If you’re part of a company that still believes social media is just a phase that will blow over, DON’T watch the socialnomics.com YouTube video Social Media Revolution 2 without first shooting yourself with a tranquilizer dart. You might have a deadly panic attack otherwise.
It reels off a set of stunning statistics designed to get you to wake up and immediately start friending everyone you know, and provoke anxiety among those businesses that have yet, or have only half-heartedly, begun to integrate social channels into their support strategy.
A small sample of the outrageously compelling stats include:
- 1/3 of the 200,000,000 extant blogs discuss opinions about products and brands.
- Radio took 38 years to reach 50 million customers; television 13 years; the Internet four; while Facebook signed up 200 million users in less than a year. (Of course, in most cases, joining Facebook didnt involve an outlay of $$).
- 78% of people trust peer reviews, but only 14% trust ads.
- Facebook tops Google in weekly traffic, and YouTube is the second most popular search engine.
Customers Move Fast and So Should You
And even though research company Textwise says only 4% of the more than 110 million tweets published daily involve recommending or dissing products, that still totals some billion complaints a year on Twitter alone. Many companies rightly surmise that if they stand mutely on the sidelines and don’t become proactive, they risk losing current customers, and even worse, future ones, as well.
Just ask Netflix, whose recent price increases royally ticked off customers, leading to its primary support channels becoming completely overwhelmed. Customers tapped out the Netflix blog’s 5,000 comment limit, overloaded the company’s phone lines, and even managed to fire enough angry tweets that the debacle become a trending topic on Twitter. Surely, Netflix most likely had some kind of proper social support strategy in place, but the lesson learned here is that any real-time support strategy needs to be able to act quickly and nimbly and should integrate with whatever you use to manage your help desk. For instance, any tweets that mention Zendesk are immediately turned into what we like to call a “twicket,” that is, a tweet that is converted into a support ticket. And if suddenly thousands of twickets are flooding out system, anyone using Zendesk can start to see that their support desk is getting slammed and react accordingly.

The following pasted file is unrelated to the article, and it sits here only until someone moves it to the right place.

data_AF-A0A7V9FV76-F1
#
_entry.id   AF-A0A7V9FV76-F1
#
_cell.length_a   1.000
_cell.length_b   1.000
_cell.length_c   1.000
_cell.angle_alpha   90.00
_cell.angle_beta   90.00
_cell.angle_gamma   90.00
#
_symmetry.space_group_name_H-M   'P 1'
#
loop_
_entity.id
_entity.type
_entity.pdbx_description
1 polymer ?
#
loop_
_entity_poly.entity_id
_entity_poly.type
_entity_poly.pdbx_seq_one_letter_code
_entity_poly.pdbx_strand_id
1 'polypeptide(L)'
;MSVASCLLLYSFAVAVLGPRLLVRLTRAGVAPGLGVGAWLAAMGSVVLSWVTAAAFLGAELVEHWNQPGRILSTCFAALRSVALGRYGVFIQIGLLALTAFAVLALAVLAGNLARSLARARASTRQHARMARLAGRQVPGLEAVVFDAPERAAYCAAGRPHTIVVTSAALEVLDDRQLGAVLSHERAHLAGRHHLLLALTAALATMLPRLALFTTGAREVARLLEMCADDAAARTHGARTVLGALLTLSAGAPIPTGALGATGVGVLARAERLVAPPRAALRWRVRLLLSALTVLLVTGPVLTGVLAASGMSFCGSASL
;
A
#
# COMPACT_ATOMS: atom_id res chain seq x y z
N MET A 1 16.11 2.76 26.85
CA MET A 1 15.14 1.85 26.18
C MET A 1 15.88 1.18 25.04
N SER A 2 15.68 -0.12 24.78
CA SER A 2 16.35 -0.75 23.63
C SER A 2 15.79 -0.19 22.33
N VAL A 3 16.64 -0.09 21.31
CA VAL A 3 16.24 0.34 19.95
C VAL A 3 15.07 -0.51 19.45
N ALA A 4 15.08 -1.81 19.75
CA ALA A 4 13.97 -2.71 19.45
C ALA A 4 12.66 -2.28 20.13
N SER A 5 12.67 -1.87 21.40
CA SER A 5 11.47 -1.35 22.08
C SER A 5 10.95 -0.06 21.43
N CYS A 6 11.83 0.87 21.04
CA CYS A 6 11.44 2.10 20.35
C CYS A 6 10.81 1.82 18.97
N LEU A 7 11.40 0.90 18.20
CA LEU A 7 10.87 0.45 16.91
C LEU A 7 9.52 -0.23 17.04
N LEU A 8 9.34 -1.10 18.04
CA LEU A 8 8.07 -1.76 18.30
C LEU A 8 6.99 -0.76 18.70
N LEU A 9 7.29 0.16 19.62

One example of a company responding effectively to the demand for real-time support is Delta Airlines. This past winter, when snowstorms caused massive flight delays and cancellations in the Northeast, and elsewhere, Delta earned kudos in the New York Times precisely because it proactively used Twitter to stem customer dissatisfaction, find many Twitter users flights or other aid, and turn negative bleats into cheers.
Part of that involved Delta monitoring tweets about itself between an individual and his/her followers.
Customers Now Expect Companies Will “Follow” Them
You might think that this would raise hackles among Americans, who have long guarded and cherished their right to privacy, the notion that an individual should be able to speak and act freely, without fear that their private communications are being surreptitiously observed.
Not so much. In the Twitterverse, its becoming increasingly clear that those notions are quaint and out-the-window, and many users want, and even expect, their Facebook interactions and tweets to be followed by companies, and that said businesses will butt in and take steps to resolve the situation.
Social media will not be fading into the sunset any time soon, quite the contrary. And while many companies are proceeding cautiously, the ones that are embracing the new technology and taking the initiative to interact with customers, are reaping rewards.